'Killer' slur not fair, says mum

Amy Lorigan struggled to raise two small daughters but says she is not a killer. Photo / Doug...
Amy Lorigan struggled to raise two small daughters but says she is not a killer. Photo / Doug Sherring
Amy Lorigan admits she wasn't the perfect mum, but says she didn't deserve to be branded a child killer.

A majority verdict on February 21 found her ex-boyfriend Michael Martin not guilty of murdering her 2-year-old daughter Leilani Lotonu'u.

During the High Court trial last month, Martin's lawyer Lorraine Smith, who also represented Chris Kahui, painted Lorigan, 21, as an abusive and uncaring mother who failed to keep food in the cupboard.

Lorigan acknowledges she struggled with two young daughters on her own for much of the time.

"I know I wasn't a perfect mother, but who is?"

On June 9, 2012, Leilani suffered a savage blow that split her duodenum - an organ in her abdomen - in two places.

The blow was from either a very forceful stomp or from a weapon such as the pool cues kept in the garage of their Manurewa home.

The court heard how Leilani appeared happy and healthy when Lorigan left her in Martin's care to go shopping for an hour.

When she returned, Leilani was sick, Lorigan said.

No medical attention was sought and she died 18 hours later.

Lorigan, who also has an infant daughter with Martin, said she wishes she had sought help for her little girl but said the in-court character assassination was unfair.

Lorigan is 50kg and barely 1.5m tall. Testimony in court described the force of the fatal blow as akin to a kick from a horse or being dropped from a height on to a post.

Lorigan has moved in with her mother Marie Chapman and stepfather Mark who have custody of her youngest daughter, Miami.

Mark Chapman said the family were shattered.

"We have done enough crying to fill three Olympic-size swimming pools."

They fear bumping into Martin, who comes from a neighbouring South Auckland suburb and have taken out a trespass order preventing him coming near their home.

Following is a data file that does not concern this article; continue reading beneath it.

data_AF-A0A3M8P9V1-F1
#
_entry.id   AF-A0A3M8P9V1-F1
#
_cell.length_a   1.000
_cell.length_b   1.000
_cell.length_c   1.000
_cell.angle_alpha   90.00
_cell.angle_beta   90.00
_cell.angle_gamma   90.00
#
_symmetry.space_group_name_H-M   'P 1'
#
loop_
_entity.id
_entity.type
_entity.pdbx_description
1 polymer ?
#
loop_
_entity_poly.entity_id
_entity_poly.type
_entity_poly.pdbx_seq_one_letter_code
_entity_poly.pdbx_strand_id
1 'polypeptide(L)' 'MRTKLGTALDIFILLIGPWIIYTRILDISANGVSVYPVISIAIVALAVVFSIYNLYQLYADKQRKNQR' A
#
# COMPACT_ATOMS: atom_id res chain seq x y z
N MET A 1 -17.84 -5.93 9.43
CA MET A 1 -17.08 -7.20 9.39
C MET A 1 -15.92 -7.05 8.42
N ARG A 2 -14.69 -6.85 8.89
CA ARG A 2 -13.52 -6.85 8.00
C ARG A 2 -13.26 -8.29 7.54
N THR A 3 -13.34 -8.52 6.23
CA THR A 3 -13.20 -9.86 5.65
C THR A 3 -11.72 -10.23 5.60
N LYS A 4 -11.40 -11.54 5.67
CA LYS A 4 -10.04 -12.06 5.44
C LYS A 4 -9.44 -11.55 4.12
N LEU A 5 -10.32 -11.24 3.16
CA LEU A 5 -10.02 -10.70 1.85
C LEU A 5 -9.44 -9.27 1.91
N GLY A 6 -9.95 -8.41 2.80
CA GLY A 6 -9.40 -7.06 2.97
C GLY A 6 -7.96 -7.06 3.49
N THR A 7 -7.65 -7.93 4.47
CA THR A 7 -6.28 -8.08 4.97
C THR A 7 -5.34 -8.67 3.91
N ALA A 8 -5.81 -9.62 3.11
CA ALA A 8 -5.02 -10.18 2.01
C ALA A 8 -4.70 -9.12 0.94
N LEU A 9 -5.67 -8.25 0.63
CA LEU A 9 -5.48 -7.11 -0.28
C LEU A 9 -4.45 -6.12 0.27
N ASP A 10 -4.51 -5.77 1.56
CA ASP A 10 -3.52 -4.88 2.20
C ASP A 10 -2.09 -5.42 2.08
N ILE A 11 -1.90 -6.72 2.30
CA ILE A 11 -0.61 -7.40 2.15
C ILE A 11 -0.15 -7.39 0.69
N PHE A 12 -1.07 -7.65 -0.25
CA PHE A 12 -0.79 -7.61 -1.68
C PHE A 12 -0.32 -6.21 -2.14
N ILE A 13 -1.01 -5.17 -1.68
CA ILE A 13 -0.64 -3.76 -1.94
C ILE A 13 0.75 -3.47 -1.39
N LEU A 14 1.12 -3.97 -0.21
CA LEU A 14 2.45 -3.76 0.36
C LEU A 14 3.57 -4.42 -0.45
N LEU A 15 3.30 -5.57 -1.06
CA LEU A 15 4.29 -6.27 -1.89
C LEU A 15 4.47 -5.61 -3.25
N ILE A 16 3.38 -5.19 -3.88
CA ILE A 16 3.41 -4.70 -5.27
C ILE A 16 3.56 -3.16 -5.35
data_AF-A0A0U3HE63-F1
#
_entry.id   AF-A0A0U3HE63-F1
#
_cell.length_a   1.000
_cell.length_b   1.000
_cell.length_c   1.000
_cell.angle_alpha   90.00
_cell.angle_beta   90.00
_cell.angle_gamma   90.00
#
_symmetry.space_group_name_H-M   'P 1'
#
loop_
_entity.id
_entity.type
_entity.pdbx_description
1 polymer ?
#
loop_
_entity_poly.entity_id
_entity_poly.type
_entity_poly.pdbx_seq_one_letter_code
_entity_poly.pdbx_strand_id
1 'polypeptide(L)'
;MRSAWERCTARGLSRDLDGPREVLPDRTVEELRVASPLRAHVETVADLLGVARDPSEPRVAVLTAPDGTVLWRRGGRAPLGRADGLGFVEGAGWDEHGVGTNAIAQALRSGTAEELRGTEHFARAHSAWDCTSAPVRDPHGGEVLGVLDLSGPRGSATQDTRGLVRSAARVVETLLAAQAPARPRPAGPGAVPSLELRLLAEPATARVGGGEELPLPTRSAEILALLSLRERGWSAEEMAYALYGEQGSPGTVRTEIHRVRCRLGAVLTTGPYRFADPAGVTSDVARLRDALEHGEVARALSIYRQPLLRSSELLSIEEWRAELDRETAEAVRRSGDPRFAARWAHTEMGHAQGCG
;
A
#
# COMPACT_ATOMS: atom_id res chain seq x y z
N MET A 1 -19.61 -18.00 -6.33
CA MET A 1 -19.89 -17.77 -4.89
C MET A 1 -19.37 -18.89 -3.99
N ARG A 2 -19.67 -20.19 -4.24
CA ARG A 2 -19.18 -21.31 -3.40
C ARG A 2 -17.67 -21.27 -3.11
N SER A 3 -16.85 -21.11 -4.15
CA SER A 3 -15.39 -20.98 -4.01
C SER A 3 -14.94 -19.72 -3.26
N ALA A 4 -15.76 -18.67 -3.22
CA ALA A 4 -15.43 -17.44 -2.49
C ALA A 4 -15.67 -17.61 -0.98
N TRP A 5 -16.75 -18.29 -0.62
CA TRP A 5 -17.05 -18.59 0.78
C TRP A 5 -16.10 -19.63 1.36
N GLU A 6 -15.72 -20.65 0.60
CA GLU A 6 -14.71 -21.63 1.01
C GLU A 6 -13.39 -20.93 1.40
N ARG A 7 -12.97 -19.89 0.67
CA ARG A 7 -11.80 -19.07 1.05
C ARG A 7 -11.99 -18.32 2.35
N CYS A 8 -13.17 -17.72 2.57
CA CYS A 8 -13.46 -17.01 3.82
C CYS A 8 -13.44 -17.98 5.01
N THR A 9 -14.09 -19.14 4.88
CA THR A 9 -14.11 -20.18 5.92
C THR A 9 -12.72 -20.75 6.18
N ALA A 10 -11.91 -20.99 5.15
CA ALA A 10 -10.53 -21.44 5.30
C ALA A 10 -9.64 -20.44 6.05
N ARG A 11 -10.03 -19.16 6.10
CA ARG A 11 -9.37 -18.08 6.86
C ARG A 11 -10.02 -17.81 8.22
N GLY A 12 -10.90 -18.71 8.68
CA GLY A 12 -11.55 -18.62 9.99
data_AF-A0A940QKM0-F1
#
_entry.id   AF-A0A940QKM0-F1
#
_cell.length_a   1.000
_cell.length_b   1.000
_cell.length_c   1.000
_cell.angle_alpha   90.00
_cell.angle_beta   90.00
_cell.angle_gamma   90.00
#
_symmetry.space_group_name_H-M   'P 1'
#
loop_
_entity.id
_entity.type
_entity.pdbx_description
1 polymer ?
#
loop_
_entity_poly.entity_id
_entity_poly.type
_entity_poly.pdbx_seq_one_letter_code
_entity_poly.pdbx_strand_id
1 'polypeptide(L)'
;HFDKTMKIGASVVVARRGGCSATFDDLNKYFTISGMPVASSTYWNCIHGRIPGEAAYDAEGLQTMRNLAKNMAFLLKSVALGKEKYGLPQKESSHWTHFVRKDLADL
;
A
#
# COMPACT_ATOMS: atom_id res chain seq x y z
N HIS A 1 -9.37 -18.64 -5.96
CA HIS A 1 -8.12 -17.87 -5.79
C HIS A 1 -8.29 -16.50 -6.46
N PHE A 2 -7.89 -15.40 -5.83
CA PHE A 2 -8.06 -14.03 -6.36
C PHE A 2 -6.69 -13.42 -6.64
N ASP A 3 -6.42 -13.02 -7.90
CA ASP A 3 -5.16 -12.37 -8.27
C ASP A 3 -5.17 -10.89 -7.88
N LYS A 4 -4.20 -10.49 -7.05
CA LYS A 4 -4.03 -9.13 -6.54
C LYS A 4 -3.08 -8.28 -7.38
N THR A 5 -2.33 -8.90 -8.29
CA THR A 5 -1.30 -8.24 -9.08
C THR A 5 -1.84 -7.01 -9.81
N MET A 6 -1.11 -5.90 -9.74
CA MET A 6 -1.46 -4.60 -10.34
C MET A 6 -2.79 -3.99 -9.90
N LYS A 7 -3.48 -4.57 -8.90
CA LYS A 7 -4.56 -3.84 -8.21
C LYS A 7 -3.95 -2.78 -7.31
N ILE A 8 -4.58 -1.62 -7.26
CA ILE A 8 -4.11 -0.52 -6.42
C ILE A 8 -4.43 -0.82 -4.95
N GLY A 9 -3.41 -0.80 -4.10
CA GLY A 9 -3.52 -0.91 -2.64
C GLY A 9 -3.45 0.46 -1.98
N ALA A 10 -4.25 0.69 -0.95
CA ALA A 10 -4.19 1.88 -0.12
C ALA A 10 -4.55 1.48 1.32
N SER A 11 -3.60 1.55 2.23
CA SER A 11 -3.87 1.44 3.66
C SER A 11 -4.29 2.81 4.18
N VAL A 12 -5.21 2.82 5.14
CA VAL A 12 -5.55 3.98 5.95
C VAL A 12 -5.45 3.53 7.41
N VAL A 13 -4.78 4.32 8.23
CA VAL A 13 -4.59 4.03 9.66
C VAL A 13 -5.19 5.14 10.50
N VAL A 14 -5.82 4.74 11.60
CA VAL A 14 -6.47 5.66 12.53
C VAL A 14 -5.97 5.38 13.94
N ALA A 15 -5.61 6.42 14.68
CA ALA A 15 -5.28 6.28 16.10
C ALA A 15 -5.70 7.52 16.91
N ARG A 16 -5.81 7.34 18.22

"When he walked out of that court smiling at us, it was absolutely disgusting. It was inviting some form of confrontation. But I can't do anything. It would make me as bad as he is."

Since his acquittal, Martin has set up a Facebook page and posted pictures of himself in gang insignia and brandishing what looks like a broken chair leg.

Lorigan said she was horrified after being alerted to the pictures.

Detective Senior Sergeant Dave Pizzini, who led the inquiry, said the prosecution case relied on circumstantial strands of evidence.

"We put our best evidence forward, we really can't do much more than that."

Martin's lawyer Lorraine Smith said her client had "nothing to add" and declined an interview request.

Smith received $75,791 including GST in legal aid to represent Martin, according to figures supplied by the Ministry of Justice.

The case bore some parallels to the Kahui trial. Then, the defence laid the blame for the murders with the mother, Macsyna King.

Despite Kahui's acquittal for murder, a coroner found the twins Cris and Cru Kahui died while in the "sole custody, care and control of their father".

Leilani's death has been referred back to the coroner.

- By Bevan Hurley of the Herald on Sunday

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